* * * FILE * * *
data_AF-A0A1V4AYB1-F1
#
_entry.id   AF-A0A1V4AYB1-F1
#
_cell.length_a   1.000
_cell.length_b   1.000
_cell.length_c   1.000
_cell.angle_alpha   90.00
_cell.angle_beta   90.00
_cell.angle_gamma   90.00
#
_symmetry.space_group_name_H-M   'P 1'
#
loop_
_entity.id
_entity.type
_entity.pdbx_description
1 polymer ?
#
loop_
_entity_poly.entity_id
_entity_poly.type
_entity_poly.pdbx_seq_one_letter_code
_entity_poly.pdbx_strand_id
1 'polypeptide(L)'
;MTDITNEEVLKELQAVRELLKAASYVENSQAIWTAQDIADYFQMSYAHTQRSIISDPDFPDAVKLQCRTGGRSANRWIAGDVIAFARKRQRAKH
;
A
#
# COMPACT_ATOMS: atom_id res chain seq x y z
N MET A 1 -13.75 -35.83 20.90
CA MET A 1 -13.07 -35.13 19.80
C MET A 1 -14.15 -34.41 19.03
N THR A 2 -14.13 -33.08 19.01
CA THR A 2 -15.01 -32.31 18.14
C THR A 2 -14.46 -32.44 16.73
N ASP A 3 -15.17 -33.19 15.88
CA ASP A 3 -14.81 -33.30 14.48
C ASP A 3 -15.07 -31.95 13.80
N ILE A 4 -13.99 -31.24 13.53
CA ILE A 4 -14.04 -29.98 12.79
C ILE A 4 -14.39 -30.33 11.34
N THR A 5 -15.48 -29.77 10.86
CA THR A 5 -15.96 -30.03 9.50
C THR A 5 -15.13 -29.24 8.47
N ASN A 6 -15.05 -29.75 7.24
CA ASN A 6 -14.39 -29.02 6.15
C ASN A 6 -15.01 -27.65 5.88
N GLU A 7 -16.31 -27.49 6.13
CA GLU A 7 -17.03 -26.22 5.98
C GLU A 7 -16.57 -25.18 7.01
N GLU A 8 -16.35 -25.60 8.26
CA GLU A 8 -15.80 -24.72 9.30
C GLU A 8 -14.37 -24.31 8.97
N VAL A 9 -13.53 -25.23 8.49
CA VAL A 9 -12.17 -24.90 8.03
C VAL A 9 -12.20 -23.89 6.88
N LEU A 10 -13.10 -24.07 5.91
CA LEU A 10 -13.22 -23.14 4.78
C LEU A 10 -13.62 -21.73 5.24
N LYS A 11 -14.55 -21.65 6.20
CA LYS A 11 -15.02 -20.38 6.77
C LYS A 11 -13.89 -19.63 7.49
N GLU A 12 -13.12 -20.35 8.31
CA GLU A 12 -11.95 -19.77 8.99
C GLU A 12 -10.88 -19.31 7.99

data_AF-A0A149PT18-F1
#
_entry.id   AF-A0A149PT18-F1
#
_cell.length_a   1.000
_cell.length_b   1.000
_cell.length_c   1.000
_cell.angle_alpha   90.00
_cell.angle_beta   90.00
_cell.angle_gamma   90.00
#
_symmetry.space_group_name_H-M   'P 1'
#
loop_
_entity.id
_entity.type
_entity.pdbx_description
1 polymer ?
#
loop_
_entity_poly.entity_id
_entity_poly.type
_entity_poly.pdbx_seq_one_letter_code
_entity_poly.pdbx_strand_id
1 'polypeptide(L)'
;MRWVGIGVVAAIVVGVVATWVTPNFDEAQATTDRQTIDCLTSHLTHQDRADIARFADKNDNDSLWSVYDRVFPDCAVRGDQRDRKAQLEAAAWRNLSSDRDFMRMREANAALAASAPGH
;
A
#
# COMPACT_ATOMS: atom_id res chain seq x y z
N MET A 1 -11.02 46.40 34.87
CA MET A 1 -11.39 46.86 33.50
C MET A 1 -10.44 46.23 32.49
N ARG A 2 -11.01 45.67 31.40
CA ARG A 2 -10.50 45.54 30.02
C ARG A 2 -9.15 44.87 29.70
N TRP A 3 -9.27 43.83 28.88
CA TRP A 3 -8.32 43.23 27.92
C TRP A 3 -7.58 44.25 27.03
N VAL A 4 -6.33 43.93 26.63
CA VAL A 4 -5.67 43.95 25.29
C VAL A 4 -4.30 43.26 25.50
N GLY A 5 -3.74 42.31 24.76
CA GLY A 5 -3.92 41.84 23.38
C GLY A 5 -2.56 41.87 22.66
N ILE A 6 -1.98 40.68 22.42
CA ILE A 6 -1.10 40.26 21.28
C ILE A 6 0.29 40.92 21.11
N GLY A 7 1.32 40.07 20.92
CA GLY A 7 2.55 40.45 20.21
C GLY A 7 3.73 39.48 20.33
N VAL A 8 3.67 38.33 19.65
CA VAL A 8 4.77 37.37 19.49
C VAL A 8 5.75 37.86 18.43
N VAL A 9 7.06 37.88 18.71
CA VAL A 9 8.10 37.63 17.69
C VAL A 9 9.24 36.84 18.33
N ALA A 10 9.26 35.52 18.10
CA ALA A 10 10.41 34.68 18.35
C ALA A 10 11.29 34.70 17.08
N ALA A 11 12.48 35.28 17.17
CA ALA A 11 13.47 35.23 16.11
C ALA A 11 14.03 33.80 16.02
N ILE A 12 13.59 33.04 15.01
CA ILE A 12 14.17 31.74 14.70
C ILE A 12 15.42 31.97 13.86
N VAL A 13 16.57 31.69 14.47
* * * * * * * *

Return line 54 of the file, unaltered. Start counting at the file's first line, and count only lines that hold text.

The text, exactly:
C GLU A 8 -14.37 -24.31 8.97